Have you ever had the experience of introducing your high school friends to your new friends from college? That’s the best way to describe how I felt watching Soul Doctor, the new Broadway musical based on the life and music of Shlomo Carlebach. Throughout the show, staged in 3/4 thrust at the intimate Circle in the Square, I couldn’t keep myself from looking across the theater at the faces of my Catholic friends and wanting to explain, or apologize, or forget they were there so I could give myself over to the music and ecstatically clap along with the rest of the mostly-religious, Jewish audience (based on the number of kippot and wigs in evidence).
Because here’s the thing: if you’re reading Jewschool, you, like me, probably love Carlebach’s music. You might not even realize how much of it you love — I kept finding myself surprised at melodies employed in the show. How could one man have possibly written so many of the melodies that have underscored every Jewish experience of my life, from the synagogue to the campfire? And even when saddled with second-rate English lyrics and a hopelessly inert story, when sung by a terrific cast of Broadway babies (led by Eric Anderson as Carlebach himself and newcomer Amber Iman making a splash as Nina Simone) backed by a fantastic band under the baton of Seth Farber, the music wins out, and I found myself unconsciously tapping my feet even as I rolled my eyes.
I can already hear you asking, “What do you mean it’s an inert story? Carlebach’s life was full of drama!” Perhaps, but you’d hardly know it from this show, which structures the entire first act around the conflict between Carlebach’s father’s misnagdic background and Shlomo’s (and his brother Eli Chaim’s) attraction to Lubavitch chassidus. (Yes, Rebbe Schneerson makes an appearance, clad in a white, sparkly sparkly kaftan looking like a fabulous Eastern European disco Santa. How I wish an image of that costume had been included in the production photos.) At the end of act one, I felt like I had whiplash from the sudden shifts from kitschy celebration of yiddishkeit (sexy chorus boys as dancing yeshiva bochers!) to melodramatic tear-jerking scenes invoking the Holocaust. Act two is about… Um… Well, it covers Carlebach moving to San Francisco and opening the House of Love and Prayer, fighting and reconciling with his family, and performing in Vienna, the city he fled in his youth to escape the Nazis, which might have been moving had that moment not also opened the show.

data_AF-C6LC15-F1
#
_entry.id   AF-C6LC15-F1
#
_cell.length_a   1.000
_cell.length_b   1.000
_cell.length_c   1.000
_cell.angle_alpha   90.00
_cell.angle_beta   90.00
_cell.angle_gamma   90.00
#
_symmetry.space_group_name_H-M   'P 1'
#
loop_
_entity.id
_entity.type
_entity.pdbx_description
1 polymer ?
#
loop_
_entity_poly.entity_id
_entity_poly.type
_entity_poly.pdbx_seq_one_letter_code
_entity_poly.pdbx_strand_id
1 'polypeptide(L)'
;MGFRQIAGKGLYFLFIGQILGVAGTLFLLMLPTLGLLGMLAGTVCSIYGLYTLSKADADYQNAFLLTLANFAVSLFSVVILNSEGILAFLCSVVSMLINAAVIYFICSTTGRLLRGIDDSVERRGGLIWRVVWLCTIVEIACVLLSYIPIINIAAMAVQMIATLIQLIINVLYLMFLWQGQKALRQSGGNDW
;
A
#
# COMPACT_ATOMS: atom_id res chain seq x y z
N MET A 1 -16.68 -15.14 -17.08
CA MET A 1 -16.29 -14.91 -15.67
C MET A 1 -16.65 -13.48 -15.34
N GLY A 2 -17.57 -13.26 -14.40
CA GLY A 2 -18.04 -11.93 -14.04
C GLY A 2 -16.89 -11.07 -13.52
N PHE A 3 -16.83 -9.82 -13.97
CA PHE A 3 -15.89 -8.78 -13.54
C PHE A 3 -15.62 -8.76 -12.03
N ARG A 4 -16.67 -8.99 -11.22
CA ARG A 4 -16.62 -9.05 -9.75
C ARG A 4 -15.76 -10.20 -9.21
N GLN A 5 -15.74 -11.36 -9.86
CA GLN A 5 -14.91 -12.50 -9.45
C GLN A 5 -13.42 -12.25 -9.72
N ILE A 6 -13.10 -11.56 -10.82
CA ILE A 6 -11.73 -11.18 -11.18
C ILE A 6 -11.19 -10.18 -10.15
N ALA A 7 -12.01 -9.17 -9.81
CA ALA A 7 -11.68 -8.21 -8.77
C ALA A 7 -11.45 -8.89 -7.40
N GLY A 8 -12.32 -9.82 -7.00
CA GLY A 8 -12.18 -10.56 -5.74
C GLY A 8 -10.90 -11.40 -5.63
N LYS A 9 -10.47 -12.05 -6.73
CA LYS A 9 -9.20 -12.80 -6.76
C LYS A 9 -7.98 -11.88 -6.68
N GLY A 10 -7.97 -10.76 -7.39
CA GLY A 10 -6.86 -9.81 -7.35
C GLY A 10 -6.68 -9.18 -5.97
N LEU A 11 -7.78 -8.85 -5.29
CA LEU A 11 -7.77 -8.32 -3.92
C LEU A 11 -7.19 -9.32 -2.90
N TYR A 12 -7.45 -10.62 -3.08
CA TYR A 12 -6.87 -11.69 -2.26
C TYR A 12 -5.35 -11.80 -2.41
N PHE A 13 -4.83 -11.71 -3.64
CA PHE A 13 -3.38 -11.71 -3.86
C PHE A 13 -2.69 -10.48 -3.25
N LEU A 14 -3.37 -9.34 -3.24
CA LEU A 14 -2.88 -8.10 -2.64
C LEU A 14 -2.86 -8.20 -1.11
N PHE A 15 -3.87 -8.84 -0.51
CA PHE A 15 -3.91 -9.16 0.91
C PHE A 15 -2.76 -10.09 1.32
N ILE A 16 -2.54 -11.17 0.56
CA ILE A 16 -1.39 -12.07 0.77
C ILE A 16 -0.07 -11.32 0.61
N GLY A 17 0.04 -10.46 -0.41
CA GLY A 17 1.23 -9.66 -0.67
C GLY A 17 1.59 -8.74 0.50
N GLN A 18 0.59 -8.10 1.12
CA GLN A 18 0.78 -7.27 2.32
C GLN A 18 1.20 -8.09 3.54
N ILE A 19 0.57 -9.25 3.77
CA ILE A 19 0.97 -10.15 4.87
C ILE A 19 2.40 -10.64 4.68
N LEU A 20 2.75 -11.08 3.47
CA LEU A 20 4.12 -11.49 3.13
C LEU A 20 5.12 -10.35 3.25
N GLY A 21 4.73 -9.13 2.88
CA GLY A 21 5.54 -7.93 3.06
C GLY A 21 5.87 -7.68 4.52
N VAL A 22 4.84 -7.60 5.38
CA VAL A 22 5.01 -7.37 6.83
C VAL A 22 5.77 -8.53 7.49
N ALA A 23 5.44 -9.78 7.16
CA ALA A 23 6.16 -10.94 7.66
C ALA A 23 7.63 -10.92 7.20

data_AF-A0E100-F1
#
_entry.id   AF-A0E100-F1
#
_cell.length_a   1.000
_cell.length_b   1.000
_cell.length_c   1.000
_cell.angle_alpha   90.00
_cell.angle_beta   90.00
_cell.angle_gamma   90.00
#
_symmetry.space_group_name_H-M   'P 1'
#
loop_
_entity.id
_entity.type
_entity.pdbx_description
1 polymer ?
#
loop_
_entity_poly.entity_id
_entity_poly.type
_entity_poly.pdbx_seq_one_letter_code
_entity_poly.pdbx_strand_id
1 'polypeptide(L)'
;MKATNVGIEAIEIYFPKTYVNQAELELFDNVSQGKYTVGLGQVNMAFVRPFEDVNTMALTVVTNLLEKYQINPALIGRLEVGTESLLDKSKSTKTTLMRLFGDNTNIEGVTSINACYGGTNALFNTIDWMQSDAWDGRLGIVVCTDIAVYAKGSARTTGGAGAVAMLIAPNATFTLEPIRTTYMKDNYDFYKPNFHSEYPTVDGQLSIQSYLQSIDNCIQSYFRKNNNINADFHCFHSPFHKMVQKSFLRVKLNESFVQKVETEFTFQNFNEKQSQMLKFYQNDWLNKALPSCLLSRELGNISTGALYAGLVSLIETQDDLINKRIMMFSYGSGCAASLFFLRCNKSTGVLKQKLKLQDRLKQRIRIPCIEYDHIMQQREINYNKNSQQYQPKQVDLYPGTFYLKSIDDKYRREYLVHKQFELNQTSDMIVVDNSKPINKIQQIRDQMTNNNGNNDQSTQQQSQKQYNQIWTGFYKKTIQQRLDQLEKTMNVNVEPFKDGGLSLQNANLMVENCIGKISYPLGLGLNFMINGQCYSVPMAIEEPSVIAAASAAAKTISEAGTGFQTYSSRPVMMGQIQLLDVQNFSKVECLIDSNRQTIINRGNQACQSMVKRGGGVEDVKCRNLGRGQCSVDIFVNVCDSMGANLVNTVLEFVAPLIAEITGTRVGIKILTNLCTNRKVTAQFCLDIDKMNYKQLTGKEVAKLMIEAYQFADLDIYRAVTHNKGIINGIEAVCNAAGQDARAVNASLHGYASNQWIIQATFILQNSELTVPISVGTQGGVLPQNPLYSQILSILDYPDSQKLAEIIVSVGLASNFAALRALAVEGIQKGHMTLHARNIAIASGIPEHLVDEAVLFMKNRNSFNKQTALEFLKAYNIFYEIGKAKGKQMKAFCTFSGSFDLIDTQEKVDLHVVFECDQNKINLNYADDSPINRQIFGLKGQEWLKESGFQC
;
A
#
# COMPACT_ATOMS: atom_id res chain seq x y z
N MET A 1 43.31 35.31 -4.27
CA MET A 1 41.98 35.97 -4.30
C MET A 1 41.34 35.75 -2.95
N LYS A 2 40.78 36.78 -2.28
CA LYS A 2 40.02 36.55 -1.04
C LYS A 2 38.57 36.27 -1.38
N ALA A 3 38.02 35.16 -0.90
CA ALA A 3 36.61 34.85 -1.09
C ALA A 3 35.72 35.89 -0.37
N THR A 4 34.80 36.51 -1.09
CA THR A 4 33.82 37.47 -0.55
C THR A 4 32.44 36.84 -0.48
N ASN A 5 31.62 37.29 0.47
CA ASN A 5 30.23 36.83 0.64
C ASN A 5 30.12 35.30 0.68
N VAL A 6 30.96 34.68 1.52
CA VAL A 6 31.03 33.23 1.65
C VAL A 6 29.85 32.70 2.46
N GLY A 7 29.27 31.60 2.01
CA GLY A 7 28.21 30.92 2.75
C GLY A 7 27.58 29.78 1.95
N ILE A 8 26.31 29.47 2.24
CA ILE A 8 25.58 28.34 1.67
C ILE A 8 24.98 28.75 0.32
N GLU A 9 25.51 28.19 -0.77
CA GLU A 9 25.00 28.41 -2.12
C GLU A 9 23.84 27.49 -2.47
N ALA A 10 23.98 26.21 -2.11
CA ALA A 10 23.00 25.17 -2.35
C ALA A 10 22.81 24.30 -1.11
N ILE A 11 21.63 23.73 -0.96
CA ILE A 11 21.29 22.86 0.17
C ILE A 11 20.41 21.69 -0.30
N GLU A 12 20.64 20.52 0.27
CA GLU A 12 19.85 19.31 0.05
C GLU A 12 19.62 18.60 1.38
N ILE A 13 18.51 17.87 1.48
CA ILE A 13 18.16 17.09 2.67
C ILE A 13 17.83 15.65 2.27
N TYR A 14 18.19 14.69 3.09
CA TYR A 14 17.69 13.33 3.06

What the show doesn’t cover is any hint of the allegations that Carlebach abused and/or harassed dozens of his female followers, first aired in a 1998 Lilith Magazine article. In fact, despite quite effectively dramatizing Carlebach’s move from observing negiah, the laws prohibiting men from touching women other than their wives, to performing for mixed crowds and hugging his followers, the show would have you believe that Carlebach was celibate. (Despite the involvement of Carlebach’s daughter, Neshama, in the creation of the show, the musical’s narrative ends before Carlebach married and only hints at the possibility of future romance for the rabbi.) I can’t imagine a celebratory musical about any similar figure without there being massive protests outside the theater, although I guess the Cirque du Soleil Michael Jackson show has been touring without incident. When the New York Times asked writer/director Daniel Wise about this curious omission, Wise responded “He hugged and kissed everyone, men and women. He was a puppy dog, not a predator.”
Whether you want to spend money on a show celebrating Carlebach is a debate best left to the comments section — my ticket was compliments of the show’s PR team. Whether you want to spend Broadway prices on a show that seems better suited for a tour of second-city JCCs and Jewish summer camps? Well, I think you know where I stand on that question. But I will say this: on my way out of the theater, I was strongly tempted to buy a Soul Doctor t-shirt, because I felt like I needed some proof that what I had just seen had actually happened on a Broadway stage.
Soul Doctor has music by Shlomo Carlebach, book and direction by Daniel S. Wise, lyrics by David Schechter and choreography by Benoit-Swan Pouffer. Performances are Tuesday and Thursday at 7pm; Wednesday, Friday and Saturday at 8pm;
Wednesday and Saturday at 2pm; Sunday at 3pm. All tickets are $135 (which include a theater facility fee) and can be purchased now through www.telecharge.com, by calling (212) 239-6200, or at the Circle in the Square box office. Circle in the Square Theatre is located at 1633 Broadway, entrance on 50th Street between Broadway and 8th Avenue.
Production photo by Carol Rosegg.